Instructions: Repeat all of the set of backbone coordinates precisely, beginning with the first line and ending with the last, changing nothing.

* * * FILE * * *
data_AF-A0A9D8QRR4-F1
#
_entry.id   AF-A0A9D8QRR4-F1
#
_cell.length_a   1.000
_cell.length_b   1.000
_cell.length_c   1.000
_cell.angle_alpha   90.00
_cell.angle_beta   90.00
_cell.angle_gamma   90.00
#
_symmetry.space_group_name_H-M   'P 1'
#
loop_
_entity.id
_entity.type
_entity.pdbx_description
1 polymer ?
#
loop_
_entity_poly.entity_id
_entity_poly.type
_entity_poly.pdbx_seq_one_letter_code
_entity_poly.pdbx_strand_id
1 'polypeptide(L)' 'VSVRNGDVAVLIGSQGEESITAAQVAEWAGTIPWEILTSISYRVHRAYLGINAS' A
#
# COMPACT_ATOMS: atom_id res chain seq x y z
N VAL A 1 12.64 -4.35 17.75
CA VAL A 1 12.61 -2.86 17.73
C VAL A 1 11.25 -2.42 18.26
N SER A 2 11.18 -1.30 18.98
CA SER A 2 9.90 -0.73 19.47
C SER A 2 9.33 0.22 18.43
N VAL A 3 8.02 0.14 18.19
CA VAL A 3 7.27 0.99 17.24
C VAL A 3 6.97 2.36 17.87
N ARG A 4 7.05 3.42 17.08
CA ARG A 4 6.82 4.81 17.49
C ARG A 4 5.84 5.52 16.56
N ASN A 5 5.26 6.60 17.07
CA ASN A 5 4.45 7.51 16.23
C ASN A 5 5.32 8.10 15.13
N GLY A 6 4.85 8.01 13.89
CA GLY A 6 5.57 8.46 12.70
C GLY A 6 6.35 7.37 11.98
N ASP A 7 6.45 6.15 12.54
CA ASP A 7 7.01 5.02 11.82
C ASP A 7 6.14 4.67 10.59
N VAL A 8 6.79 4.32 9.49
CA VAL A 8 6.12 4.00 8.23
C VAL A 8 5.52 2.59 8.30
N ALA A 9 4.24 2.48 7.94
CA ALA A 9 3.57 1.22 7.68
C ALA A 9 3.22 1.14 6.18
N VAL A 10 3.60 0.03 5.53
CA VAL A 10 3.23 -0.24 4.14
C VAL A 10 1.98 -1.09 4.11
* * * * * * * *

data_AF-A0A9D8QRR4-F1
#
_entry.id   AF-A0A9D8QRR4-F1
#
_cell.length_a   1.000
_cell.length_b   1.000
_cell.length_c   1.000
_cell.angle_alpha   90.00
_cell.angle_beta   90.00
_cell.angle_gamma   90.00
#
_symmetry.space_group_name_H-M   'P 1'
#
loop_
_entity.id
_entity.type
_entity.pdbx_description
1 polymer ?
#
loop_
_entity_poly.entity_id
_entity_poly.type
_entity_poly.pdbx_seq_one_letter_code
_entity_poly.pdbx_strand_id
1 'polypeptide(L)' 'VSVRNGDVAVLIGSQGEESITAAQVAEWAGTIPWEILTSISYRVHRAYLGINAS' A
#
# COMPACT_ATOMS: atom_id res chain seq x y z
N VAL A 1 12.64 -4.35 17.75
CA VAL A 1 12.61 -2.86 17.73
C VAL A 1 11.25 -2.42 18.26
N SER A 2 11.18 -1.30 18.98
CA SER A 2 9.90 -0.73 19.47
C SER A 2 9.33 0.22 18.43
N VAL A 3 8.02 0.14 18.19
CA VAL A 3 7.27 0.99 17.24
C VAL A 3 6.97 2.36 17.87
N ARG A 4 7.05 3.42 17.08
CA ARG A 4 6.82 4.81 17.49
C ARG A 4 5.84 5.52 16.56
N ASN A 5 5.26 6.60 17.07
CA ASN A 5 4.45 7.51 16.23
C ASN A 5 5.32 8.10 15.13
N GLY A 6 4.85 8.01 13.89
CA GLY A 6 5.57 8.46 12.70
C GLY A 6 6.35 7.37 11.98
N ASP A 7 6.45 6.15 12.54
CA ASP A 7 7.01 5.02 11.82
C ASP A 7 6.14 4.67 10.59
N VAL A 8 6.79 4.32 9.49
CA VAL A 8 6.12 4.00 8.23
C VAL A 8 5.52 2.59 8.30
N ALA A 9 4.24 2.48 7.94
CA ALA A 9 3.57 1.22 7.68
C ALA A 9 3.22 1.14 6.18
N VAL A 10 3.60 0.03 5.53
CA VAL A 10 3.23 -0.24 4.14
C VAL A 10 1.98 -1.09 4.11